The Kingdom of Congers

11th February 2022

From An Account of the Island of Jersey, with An Appendix of Records &c. (1694), to which are added, Notes and Illustrations, by the Reverend Edward Durell, MA, Rector of St Saviour, Jersey. Jersey: Richard Giffard, 1837.

It were strange if an Island so situated [Jersey], near a Continent and amidst Rocks and Shelves, should not be well supplied with Fish, such Places being where they most delight to haunt. And better supplied it would yet be, did our People follow the Fishing Trade as much as in Guernezey, where every Day of the Week Boats come in laden with fresh Provision from the Sea. ... But the Seas about this and adjoining Islands might be stiled the Kingdom of Congers, so great is the quantity taken and brought to Market at all Seasons, some weighing from thirty to forty Pounds. Otho de Grandison, Lord (or Governor) of these Islands in the Reigns of Edward I and II, forced an Impost upon Congers salted for Transportation; and it amounted to four hundred Livres Tournois by the Year, at only one Penny Tournois for every Conger above ten Pounds Weight so salted and transported.* (93)

* This was an illegal Act of an arbitrary Governor, for which his Widow suffered severly in Edward IIId's time. [pp. 109-10]

Note 93, p. 110:

The salting of congers was of so much importance to our ancestors, that it is expressely made one of the Articles of King John's Charter. In those ages when the Islands had but very little trade, the attention of the inhabitants was probably directed to this, as to a most valuable fishery. How long the fishing of congers on that extensive scale continued, is unknown. If the exaction of Otho de Grandison is correct, at one sou for each conger, it would have required 8,000 congers, and taking these at 20lb. each, it would have amounted to the enormous weight of 160,000 lb. or 80 tons! exclusive of the small congers, which could be spanned by the hand, and were not liable to this exaction. The duty paid to the Crown on salt congers and mackerel was called esperkia. It is so fully described in the Extent or the King;s Rent Roll of 1331, for Guernsey, that I hope the reader will pardon me the length of this quotation: 

'Esperkeria. Item habet Dominus Rex de quadam customa piscium omnium insularum ...'

Fishery. Our Lord the King also has a revenue from a certain custom called the fishery of congers, and mackerel, as well from the duty on all the fish of the Island, the whole of which is farmed out for Two Hundred and Sixty-six livres, thirteen sous, and four deniers. It is to be known that the fishery of congers is a certain custom by which some of the King's Tenants and others who fish for congers, between Easter and Michaelmas, are obliged to sell them to the King's traders only, who are especially authorised for that purpose by the King himself to his Tenants, provided they can agree about the price. Otherwise they ought to be valued by persons chosen by both parties, and then it is in the option of the King's trader, either to take them at the valuation, or not. In which latter case the fishermen may sell them to any one they like.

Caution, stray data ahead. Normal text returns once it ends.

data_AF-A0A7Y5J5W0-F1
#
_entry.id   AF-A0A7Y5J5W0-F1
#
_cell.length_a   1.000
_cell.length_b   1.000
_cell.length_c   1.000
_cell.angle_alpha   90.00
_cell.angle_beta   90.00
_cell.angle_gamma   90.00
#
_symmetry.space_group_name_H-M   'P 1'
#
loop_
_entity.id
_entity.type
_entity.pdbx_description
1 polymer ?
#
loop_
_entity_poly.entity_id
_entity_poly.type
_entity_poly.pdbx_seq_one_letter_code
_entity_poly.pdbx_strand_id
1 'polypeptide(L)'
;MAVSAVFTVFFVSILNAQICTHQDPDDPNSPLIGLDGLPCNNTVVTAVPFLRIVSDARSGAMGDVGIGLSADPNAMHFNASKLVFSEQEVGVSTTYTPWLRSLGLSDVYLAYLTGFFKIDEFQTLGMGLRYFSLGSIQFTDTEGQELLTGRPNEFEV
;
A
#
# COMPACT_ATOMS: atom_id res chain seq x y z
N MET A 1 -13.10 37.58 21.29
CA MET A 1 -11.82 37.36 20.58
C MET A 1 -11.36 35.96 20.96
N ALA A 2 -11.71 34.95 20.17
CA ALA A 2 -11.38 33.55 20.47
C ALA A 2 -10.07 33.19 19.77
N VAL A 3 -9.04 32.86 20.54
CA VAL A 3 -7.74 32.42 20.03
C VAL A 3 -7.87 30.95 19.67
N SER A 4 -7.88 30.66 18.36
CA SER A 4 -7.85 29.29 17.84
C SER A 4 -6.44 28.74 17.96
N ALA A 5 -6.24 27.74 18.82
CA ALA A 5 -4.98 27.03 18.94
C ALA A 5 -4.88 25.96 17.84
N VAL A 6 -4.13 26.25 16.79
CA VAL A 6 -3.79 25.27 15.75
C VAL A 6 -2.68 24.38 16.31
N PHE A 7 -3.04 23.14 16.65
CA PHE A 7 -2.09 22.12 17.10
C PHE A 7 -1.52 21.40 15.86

Note. That the same fishermen may do what they like with the congers that are so small, that they may span them round the middle with their fist, and that they may receive, from the large as well as the small fish, according to what they catch, as much as may be sufficient for their diet.

And the duty on mackerel is that the King receives for every hundred of mackerel caught between Easter and Michaelmas by the said Tenants, or by any strangers resroting there during that time, two deniers tournois.

And the duty on fish is, that the King receives for every bushel of fish exported to Normandy, or 'elsewhere out of the Kingdom of England, two sous tournois; and for every salt conger, provided there be an agreement, two deniers, and an obole tournois. The sum amounts ot 268 livres, 13 sous and 4 deniers tournois.

It is not improbable that the conger fishery lasted until it was replaced by that to Newfoundland in the early part of the Seventeenth Century. I should suspect that Mr Falle is mistaken about the illegal conduct of Otho de Grandison, who was lord of the Isles under Edward I when we find the duty on congers recognised as a source of Royal Revenue long after that time in the Extent of 1331. The duty seems to have been levied in a mild and equitable manner. If Otho de Grandison levied 400 livres a year, the Extent estimated the duty to have been worth 266 livres for the fishery in Guernsey alone, to which if we add that for Jersey, it could not be less than 400 livres. Whether the widow of Otho de Grandison suffered severely or not for the exaction is immaterial. A disgraced or dead courtier seldom finds sympathy, and men have never been wanting to plunder under the colour of law their fallen fortunes.